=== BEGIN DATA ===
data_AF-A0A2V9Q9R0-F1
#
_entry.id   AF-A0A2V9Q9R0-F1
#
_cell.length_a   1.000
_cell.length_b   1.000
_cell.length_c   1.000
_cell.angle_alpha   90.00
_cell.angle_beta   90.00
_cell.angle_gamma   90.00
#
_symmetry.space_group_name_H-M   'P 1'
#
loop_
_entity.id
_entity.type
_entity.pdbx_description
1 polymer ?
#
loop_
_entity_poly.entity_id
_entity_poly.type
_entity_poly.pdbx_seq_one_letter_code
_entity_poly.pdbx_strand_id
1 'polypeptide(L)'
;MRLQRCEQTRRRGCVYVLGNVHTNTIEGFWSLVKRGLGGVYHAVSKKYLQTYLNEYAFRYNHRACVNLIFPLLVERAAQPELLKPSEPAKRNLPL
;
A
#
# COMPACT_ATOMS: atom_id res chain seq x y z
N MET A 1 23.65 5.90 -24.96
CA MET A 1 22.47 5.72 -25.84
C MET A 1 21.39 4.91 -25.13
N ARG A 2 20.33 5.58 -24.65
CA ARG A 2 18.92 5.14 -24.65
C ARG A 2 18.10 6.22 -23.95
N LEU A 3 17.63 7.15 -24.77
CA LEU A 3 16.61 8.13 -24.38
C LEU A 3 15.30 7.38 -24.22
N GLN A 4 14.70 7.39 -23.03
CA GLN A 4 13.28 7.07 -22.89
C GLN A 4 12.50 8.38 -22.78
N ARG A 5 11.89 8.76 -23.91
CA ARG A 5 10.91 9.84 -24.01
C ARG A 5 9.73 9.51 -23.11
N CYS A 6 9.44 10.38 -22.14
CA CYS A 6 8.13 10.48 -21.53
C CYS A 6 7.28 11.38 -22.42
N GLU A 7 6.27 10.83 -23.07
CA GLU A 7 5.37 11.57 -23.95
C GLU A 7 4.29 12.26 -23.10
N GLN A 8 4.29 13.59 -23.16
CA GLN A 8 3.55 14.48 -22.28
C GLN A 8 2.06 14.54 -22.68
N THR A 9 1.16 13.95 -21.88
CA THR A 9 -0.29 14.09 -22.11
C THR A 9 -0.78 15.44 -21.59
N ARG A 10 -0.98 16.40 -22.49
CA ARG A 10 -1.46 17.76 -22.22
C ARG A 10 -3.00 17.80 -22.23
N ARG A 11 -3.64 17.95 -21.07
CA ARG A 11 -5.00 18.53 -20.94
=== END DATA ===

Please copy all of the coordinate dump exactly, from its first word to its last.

data_AF-A0A2V9Q9R0-F1
#
_entry.id   AF-A0A2V9Q9R0-F1
#
_cell.length_a   1.000
_cell.length_b   1.000
_cell.length_c   1.000
_cell.angle_alpha   90.00
_cell.angle_beta   90.00
_cell.angle_gamma   90.00
#
_symmetry.space_group_name_H-M   'P 1'
#
loop_
_entity.id
_entity.type
_entity.pdbx_description
1 polymer ?
#
loop_
_entity_poly.entity_id
_entity_poly.type
_entity_poly.pdbx_seq_one_letter_code
_entity_poly.pdbx_strand_id
1 'polypeptide(L)'
;MRLQRCEQTRRRGCVYVLGNVHTNTIEGFWSLVKRGLGGVYHAVSKKYLQTYLNEYAFRYNHRACVNLIFPLLVERAAQPELLKPSEPAKRNLPL
;
A
#
# COMPACT_ATOMS: atom_id res chain seq x y z
N MET A 1 23.65 5.90 -24.96
CA MET A 1 22.47 5.72 -25.84
C MET A 1 21.39 4.91 -25.13
N ARG A 2 20.33 5.58 -24.65
CA ARG A 2 18.92 5.14 -24.65
C ARG A 2 18.10 6.22 -23.95
N LEU A 3 17.63 7.15 -24.77
CA LEU A 3 16.61 8.13 -24.38
C LEU A 3 15.30 7.38 -24.22
N GLN A 4 14.70 7.39 -23.03
CA GLN A 4 13.28 7.07 -22.89
C GLN A 4 12.50 8.38 -22.78
N ARG A 5 11.89 8.76 -23.91
CA ARG A 5 10.91 9.84 -24.01
C ARG A 5 9.73 9.51 -23.11
N CYS A 6 9.44 10.38 -22.14
CA CYS A 6 8.13 10.48 -21.53
C CYS A 6 7.28 11.38 -22.42
N GLU A 7 6.27 10.83 -23.07
CA GLU A 7 5.37 11.57 -23.95
C GLU A 7 4.29 12.26 -23.10
N GLN A 8 4.29 13.59 -23.16
CA GLN A 8 3.55 14.48 -22.28
C GLN A 8 2.06 14.54 -22.68
N THR A 9 1.16 13.95 -21.88
CA THR A 9 -0.29 14.09 -22.11
C THR A 9 -0.78 15.44 -21.59
N ARG A 10 -0.98 16.40 -22.49
CA ARG A 10 -1.46 17.76 -22.22
C ARG A 10 -3.00 17.80 -22.23
N ARG A 11 -3.64 17.95 -21.07
CA ARG A 11 -5.00 18.53 -20.94